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Energy University
 
 
 
 
 
Energy University Endorsements and Education Credits
 
 
 

Energy University course offerings

 
 

Alternative Power Generation Technologies

This course will review fuel cells and microturbines as possible alternatives for data center and network room power generations The benefits and drawbacks of multiple power generation approaches will be highlighted.

Active Energy Efficiency Using Speed Control

The focus of this course is to explore the different ways we can control motor speed efficiently and with minimal physical stress on equipment. In addition, we'll discuss other advantages such as controlled starting and regulated torque.

Boiler Types and Opportunities for Energy Efficiency

Steam and hot water provide a means of transporting controllable amounts of energy from a central boiler house, where it can be efficiently and economically generated, to the point of use. Steam and hot water are popular throughout industry for a broad range of tasks from mechanical power production to space heating and process applications. The boiler room is a place where there are many opportunities for energy efficiency, as described in this class.

Building Controls I - An Introduction to Building Controls

Have you ever been in a meeting in a conference room where the room was just too hot? Or too cold? Did you find it uncomfortable and hard to concentrate? Have you ever considered how much money is wasted when things like that are not addressed? What’s the solution? The control system within a building is very important to the energy efficiency of the building, and also to the comfort of the building’s occupants. In this class, we will learn a simple definition of a control system, learn the components of a control system, and describe some fundamental types of control and control loops.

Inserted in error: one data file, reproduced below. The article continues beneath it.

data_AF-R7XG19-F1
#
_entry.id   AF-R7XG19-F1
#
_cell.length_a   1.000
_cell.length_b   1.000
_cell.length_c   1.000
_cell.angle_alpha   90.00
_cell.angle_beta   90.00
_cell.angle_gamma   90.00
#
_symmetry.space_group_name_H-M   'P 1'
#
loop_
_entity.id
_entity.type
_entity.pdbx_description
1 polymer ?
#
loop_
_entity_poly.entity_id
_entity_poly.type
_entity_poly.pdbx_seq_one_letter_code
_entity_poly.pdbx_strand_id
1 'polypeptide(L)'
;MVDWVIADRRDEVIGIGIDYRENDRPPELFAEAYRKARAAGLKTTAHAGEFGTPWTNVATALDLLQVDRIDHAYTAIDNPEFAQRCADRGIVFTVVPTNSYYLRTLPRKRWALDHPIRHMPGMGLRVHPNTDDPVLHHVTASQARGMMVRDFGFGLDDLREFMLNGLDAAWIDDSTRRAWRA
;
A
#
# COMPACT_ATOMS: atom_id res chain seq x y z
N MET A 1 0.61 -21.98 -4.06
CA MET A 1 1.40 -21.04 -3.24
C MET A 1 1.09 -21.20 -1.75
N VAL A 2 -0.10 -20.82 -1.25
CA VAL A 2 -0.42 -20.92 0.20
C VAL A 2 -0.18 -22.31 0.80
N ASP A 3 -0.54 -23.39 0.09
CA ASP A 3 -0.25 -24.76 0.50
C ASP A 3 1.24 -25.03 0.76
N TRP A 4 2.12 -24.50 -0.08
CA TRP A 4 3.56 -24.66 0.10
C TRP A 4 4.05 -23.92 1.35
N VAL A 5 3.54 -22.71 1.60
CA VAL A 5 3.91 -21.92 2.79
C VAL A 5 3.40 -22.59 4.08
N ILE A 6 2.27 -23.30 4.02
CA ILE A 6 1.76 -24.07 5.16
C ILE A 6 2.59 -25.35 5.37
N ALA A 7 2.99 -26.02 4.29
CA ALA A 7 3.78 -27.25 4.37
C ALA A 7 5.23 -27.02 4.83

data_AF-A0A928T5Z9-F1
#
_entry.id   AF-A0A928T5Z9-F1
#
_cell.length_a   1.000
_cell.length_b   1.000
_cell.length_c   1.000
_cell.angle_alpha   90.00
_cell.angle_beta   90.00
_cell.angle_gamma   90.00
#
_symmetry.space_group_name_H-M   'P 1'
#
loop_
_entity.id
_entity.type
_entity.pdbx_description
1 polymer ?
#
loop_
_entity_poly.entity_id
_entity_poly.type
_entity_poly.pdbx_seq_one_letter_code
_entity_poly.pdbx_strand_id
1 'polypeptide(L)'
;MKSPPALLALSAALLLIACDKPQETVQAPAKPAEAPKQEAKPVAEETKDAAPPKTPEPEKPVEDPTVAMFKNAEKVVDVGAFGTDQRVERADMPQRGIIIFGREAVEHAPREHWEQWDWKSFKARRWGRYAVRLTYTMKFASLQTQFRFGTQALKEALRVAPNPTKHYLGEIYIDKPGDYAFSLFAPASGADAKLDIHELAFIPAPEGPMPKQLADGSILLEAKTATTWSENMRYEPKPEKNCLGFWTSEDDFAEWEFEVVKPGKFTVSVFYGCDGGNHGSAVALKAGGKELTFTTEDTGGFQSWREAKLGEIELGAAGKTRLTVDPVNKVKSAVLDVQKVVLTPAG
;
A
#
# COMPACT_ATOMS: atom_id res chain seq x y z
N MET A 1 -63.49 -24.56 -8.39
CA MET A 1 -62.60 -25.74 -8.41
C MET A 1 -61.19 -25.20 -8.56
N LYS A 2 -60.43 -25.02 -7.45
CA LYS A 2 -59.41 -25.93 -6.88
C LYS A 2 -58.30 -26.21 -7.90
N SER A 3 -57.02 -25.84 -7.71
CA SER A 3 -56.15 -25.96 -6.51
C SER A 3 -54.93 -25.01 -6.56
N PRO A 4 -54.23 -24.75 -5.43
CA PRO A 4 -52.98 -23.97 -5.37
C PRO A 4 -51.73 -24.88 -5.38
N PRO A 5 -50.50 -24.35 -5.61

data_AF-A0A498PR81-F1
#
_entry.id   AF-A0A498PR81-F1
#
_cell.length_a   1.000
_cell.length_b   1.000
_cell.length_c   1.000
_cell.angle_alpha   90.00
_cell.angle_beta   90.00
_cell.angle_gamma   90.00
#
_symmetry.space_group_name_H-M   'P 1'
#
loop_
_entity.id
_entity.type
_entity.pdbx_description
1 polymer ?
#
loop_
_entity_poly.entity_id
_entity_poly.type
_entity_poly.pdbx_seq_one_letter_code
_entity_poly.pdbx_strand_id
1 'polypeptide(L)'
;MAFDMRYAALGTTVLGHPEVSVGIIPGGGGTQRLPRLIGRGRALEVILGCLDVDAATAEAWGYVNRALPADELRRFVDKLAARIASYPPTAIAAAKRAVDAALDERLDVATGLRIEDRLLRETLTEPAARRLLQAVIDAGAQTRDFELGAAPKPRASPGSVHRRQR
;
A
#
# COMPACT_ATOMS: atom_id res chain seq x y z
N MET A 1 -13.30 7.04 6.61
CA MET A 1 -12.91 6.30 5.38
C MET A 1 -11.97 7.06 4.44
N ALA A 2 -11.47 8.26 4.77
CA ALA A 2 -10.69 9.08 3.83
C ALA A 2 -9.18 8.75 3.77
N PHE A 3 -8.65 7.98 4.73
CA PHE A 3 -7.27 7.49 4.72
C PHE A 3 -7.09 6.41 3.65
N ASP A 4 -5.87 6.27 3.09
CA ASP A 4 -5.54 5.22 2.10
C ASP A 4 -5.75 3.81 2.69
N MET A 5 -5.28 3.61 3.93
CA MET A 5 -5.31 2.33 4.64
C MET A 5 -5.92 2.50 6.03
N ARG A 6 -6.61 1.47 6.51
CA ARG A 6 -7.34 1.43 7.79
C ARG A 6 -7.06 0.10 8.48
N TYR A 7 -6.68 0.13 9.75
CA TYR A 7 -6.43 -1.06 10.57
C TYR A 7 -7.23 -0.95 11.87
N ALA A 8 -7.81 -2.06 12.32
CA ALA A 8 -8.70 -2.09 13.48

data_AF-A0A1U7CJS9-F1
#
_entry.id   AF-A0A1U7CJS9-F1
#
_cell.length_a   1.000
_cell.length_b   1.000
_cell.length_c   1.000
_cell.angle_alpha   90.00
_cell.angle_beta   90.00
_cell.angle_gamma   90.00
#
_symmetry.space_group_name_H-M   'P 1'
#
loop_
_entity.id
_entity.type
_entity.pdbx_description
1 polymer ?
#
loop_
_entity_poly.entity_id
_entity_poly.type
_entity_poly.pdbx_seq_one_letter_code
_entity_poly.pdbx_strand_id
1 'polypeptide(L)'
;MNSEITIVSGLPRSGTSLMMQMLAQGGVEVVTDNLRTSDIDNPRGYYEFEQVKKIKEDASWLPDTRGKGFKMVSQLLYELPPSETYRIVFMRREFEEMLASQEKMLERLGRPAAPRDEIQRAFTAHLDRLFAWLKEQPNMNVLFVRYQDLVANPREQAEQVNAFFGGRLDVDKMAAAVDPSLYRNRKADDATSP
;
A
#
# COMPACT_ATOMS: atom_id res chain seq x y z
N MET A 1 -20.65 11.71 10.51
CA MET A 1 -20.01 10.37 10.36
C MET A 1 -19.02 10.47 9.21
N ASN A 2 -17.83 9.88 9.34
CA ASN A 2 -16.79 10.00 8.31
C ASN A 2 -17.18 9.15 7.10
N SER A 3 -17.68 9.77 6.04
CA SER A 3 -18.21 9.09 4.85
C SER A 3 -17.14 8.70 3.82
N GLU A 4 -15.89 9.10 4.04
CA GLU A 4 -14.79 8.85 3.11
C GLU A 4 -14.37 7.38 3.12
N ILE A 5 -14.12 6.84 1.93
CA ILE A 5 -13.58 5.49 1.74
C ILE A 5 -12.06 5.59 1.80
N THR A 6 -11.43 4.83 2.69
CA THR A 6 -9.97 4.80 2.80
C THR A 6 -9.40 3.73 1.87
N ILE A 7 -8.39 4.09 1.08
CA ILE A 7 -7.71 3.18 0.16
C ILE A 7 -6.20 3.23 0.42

Building Controls II - Control Sensors

Building control systems are important facets in any building’s energy management plan. They help avoid waste and save money. A vital component of a control system is the sensors that are incorporated into the system. We must measure what we wish to control. We need to have a way to make measurements accurately and repeatedly. Sensors measure the data that the controller uses to make decisions based on its set of programmed standards and set points. Sensors are the first step of control. This course provides an overview of the various sensors integrated in a building control system, and looks at the variety of designs and need for correct placement.

Building Controls III - Introduction to Control Loops

The purpose of this course is to provide you with an overview of basic building control technology used in buildings, so that you will understand how building controls can contribute to energy efficiency. We will examine the five controller loop responses and review the terms associated with controller loop responses.

Building Controls IV: Two Position and Floating Control Responses

The purpose of this course is to examine the two-position response and the floating response. We’ll also spend some time working in an interactive example whereby you can simulate how changing a VAV box will affect static pressure and temperature in the environment.

Building Controls V-Proportional and PID Responses

The purpose of this course is to define proportional control responses along with investigating how integral and derivatives affect proportional control responses. We¡¯ll also spend some time explaining the appropriate use of each control response.

Building Controls VI-When to Use Each Response

The purpose of this course is to define proportional control responses along with investigating how integral and derivatives affect proportional control responses. We¡¯ll also spend some time explaining the appropriate use of each control response.

Building Controls VII-Interactive Illustration of PID Response

The purpose of this course is to see how proportional control may oscillate and stabilize at a point above the setpoint and how an integral term helps a control loop to achieve a result closer to the setpoint. We¡¯ll also spend some time explaining how derivatives help to prevent overshoots.

Building Controls VIII: Controllers and Controlled Devices